Tuesday, September 15, 2009

Orientalism

There is something wrong with this brochure copy for Broadway In Chicago. This is the blurb for August: Osage County:

Steppenwolf's AUGUST: OSAGE COUNTY is a grand, gripping new play that tells the story of the Westons, a large extended clan that comes together at their rural Oklahoma homestead when the alcoholic patriarch disappears. Forced to confront unspoken truths and astonishing secrets, the family must also contend with violet (played by Academy Award-winner Estelle Parsons), a pill-popping, deeply unsettled woman at the center of this storm. AUGUST: OSAGE COUNTY is a rare theatrical event - a large-scale work filled with unforgettable characters, a powerful tale told with unflinching honesty. The New York Times cheers, "AUGUST: OSAGE COUNTY is flat-out, without qualification, the most exciting new American play Broadway has seen in years," and Time Magazine named AUGUST: OSAGE COUNTY the "#1 Show of the Year!"

Would it really have been so bad to include its Chicago Origins, other than the fleeting "Steppenwolf" at the beginning? They couldn't even quote the Trib? Weird, right? I mean for marketing reasons, isn't it as much of a draw to be a hometown hero as to be a razzle dazzle from the East?

9 comments:

Travis Bedard said...

Howsabout "You can't miss the dazzling homecoming of the show that conquered Broadway!"

Benedict Nelson said...

Yeah, exactly! I'm amazed that's nowhere in there. And London! And Australia!

Nick Keenan said...

I for one am excited to see the NEW YORK version of "SUGUST: OASGE COUNTY."

(Oh Benno, don't ruin my illusions and tell me that it's their [sic] showing and not yours.)

Benedict Nelson said...

Oh my god, how many ways can I misspell that title? I wish wish wish it was their mistake(s).

Playing Devil's sdvocate, BiC could also just really be banking on the Steppenwolf brand, but it seems like if that were true they would buffer it with some additional communication, for instance "Award-winning theater ensemble Steppenwolf's..." or "Broadway's favorite Steppenwolf." Oh, maybe scratch that last one...

Monica said...

I'm tempted to say that the blurb is something that the publicists put out because that is what the Fox Theatre in St. Louis has up until the "unflinching honesty" part. However, the Fox Theatre does mention that Anna D. Shapiro directed it and Tracy Letts wrote it, but that doesn't mean much to some people.

http://www.fabulousfox.com/shows_page_multi.aspx?usID=146

Honestly, I thought that "SUGUST: OSAGE COUNTY" was BiC's error, which led me to think, "They really can't get anyone to proofread this?

Nick Keenan said...

Nice find, Monica.

This tells me that this is ripped straight from the press release or marketing language that the Broadway tour producers wrote... BiC and Fabulous Fox, being rental producers, probably just cut and paste that press release written by NYC to work for the baseline entire country, and they don't take advantage of local interest.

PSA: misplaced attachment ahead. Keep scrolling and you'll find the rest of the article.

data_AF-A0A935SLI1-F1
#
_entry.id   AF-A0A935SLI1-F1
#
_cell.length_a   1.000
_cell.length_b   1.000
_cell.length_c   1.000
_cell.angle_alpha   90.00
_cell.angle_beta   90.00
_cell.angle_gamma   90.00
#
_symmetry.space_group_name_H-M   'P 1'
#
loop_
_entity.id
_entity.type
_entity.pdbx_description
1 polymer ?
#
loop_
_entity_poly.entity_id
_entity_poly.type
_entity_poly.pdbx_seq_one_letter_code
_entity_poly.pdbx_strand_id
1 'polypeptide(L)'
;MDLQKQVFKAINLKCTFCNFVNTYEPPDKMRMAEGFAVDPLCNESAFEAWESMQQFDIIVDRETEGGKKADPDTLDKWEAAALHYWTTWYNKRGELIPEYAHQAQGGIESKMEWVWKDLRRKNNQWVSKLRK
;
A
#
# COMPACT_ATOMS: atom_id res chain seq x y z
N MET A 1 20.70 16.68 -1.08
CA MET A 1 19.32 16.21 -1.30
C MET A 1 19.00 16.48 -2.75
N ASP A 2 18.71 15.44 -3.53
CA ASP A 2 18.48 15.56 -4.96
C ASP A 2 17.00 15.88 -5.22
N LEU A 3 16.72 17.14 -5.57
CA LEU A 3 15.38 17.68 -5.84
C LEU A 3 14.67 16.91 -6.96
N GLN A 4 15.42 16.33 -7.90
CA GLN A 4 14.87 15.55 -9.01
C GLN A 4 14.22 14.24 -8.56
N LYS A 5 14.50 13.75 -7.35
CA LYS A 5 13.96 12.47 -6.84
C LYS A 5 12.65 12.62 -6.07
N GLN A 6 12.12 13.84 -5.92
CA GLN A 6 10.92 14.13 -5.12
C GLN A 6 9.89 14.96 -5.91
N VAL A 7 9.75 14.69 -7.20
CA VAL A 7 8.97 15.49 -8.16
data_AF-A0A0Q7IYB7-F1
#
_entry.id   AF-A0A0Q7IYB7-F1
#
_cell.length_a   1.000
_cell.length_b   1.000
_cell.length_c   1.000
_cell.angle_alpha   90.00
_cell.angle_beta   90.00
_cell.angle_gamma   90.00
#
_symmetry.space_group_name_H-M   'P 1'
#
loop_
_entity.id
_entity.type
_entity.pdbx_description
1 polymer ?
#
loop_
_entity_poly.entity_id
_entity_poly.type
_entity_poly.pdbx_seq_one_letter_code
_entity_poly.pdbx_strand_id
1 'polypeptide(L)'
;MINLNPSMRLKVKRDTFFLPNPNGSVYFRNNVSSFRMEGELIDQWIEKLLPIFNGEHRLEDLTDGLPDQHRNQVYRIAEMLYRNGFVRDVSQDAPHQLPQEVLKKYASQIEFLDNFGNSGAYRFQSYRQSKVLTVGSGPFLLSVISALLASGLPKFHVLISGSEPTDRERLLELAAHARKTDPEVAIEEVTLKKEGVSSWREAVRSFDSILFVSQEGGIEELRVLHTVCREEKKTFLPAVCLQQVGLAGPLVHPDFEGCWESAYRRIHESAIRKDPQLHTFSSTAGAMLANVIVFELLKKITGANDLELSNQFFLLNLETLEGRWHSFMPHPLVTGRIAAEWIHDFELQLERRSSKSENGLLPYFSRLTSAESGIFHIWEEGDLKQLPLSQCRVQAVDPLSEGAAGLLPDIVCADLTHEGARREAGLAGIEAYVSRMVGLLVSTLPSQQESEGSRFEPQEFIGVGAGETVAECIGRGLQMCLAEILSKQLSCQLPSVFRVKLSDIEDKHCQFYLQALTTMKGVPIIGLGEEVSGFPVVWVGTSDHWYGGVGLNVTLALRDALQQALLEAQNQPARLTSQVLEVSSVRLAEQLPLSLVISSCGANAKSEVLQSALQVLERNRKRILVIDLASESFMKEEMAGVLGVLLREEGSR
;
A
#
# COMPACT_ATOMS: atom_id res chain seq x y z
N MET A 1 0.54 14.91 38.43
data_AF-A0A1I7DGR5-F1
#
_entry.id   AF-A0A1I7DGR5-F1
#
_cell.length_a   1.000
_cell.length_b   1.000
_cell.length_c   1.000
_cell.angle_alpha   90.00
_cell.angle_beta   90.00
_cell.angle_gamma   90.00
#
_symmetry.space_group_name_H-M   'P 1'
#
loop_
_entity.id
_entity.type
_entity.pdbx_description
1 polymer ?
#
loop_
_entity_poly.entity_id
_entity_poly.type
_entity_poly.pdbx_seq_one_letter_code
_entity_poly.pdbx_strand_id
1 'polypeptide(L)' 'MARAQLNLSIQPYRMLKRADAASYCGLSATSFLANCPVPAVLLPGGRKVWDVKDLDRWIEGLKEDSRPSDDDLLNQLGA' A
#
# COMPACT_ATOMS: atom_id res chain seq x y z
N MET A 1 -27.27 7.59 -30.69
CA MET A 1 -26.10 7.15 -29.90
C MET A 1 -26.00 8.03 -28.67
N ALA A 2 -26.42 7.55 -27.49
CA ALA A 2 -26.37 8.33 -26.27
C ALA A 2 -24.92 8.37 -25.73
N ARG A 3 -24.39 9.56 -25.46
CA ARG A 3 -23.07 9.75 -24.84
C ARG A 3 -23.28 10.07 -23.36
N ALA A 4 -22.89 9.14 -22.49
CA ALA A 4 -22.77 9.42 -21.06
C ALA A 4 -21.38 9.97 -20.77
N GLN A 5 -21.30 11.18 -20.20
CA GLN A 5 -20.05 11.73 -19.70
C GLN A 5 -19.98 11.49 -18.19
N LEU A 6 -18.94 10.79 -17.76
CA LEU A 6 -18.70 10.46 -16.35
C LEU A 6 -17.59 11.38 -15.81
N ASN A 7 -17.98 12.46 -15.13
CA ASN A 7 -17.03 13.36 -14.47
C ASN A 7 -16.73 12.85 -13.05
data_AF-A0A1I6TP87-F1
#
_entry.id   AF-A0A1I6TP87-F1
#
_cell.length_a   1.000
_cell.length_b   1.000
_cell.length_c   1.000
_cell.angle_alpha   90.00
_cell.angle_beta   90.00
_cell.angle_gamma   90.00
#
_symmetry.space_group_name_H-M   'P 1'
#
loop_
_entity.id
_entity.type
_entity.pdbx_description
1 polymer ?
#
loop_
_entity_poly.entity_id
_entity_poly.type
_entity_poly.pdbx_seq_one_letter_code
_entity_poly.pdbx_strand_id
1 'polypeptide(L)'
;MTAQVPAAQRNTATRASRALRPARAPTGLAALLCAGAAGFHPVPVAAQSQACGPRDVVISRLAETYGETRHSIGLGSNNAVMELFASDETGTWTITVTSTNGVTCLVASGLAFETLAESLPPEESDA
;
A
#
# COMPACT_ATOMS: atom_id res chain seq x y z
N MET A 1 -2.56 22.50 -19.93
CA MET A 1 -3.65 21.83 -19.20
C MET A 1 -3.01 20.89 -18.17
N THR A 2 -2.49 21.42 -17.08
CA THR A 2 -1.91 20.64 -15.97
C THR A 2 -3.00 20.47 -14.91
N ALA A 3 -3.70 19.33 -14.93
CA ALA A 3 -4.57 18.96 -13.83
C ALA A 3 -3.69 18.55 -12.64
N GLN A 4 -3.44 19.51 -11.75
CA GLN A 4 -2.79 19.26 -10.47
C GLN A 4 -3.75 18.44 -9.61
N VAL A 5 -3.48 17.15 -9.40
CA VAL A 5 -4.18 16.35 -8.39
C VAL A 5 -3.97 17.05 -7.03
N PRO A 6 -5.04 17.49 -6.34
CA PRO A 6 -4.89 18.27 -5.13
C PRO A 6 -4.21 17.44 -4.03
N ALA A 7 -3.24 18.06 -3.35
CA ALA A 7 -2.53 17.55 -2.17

So: This is less about failing to feature local interest and more about a Walmart mentality, perhaps?

I wonder if this is how Ray Kroc's McDonald's in Des Plaines felt when that second McDonalds opened up down the street after crossing the country.

Benedict Nelson said...

That's great, Monica, and terrifying. Walmart mentality indeed. Also, I fixed the typos (let us pray) to avoid further confusion.

I guess every market thinks it's a unique market, but we really are, aren't we?

Also, imagine if the play had originally been produced, though, at St. Louis Rep. Do you think they wouldn't mention it then? That strikes me as even more bonkers, somehow. Now interestingly, I imagine if there came to Los Angeles a new production of Angels in America, it almost certainly would not mention that it was developed at the Taper. Rather it would focus on the sucess of the Broadway show and the TV miniseries. But that's partly the effect of historical distance.

Mike said...

Monica is right. I work in theatre marketing (hosting AOC this year actually) and the tour provides a blurb that every marketing has to use. It has to be generic enough to appeal to all markets.

Benedict Nelson said...

Wow! Thanks for writing, Mike. So why do they think that's better? Is it simply to control the product and make sure it's being marketed effectively? Can't individual producers be trusted to market to their own audiences? Are you in Los Angeles? How are you thinking of marketing the play there?